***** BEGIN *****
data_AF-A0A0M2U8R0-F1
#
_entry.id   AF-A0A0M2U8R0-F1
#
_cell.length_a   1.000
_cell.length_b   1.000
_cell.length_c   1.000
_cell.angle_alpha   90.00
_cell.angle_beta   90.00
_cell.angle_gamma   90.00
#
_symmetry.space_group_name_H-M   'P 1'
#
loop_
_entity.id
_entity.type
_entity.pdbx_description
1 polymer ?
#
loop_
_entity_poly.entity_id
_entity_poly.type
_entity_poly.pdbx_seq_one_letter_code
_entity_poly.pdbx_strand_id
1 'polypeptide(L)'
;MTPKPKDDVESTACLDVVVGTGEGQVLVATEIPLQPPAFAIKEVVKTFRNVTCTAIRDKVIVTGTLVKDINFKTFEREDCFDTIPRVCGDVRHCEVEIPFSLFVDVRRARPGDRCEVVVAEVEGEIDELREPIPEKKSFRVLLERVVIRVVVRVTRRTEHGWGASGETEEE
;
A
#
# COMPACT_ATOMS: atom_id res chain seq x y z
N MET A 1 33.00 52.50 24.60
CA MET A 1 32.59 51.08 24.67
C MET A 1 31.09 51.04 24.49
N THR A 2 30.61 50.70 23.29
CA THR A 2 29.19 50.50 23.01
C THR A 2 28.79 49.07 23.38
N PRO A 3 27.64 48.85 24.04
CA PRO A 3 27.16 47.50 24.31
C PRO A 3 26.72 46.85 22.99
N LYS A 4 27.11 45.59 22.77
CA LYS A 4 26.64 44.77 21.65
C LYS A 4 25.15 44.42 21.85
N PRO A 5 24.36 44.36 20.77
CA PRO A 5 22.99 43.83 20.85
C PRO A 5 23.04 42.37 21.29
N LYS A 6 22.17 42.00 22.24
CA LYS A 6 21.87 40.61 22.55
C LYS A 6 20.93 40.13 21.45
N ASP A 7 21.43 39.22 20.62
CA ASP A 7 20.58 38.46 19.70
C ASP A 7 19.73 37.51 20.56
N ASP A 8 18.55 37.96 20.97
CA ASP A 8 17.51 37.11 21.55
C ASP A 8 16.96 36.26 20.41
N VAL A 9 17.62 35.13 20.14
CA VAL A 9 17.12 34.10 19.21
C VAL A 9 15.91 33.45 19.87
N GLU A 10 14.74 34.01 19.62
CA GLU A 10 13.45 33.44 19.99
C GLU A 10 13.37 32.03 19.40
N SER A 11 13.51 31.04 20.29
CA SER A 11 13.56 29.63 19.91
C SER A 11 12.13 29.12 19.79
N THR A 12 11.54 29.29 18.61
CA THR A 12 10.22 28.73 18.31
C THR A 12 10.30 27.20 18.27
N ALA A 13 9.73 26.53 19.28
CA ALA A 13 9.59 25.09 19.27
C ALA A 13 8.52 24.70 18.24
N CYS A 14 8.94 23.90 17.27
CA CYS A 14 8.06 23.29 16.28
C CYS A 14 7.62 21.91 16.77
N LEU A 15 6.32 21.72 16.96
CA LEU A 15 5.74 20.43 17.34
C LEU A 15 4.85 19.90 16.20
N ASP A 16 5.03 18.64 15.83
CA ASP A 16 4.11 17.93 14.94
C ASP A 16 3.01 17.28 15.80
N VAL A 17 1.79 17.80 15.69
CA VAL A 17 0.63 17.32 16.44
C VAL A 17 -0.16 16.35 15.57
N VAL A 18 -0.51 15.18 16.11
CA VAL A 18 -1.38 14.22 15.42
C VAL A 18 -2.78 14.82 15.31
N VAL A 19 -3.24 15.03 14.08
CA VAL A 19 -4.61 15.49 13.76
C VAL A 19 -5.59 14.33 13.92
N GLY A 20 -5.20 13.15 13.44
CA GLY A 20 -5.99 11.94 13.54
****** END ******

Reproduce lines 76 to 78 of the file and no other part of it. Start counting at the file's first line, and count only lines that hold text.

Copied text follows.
N ASP A 16 5.03 18.64 15.83
CA ASP A 16 4.11 17.93 14.94
C ASP A 16 3.01 17.28 15.80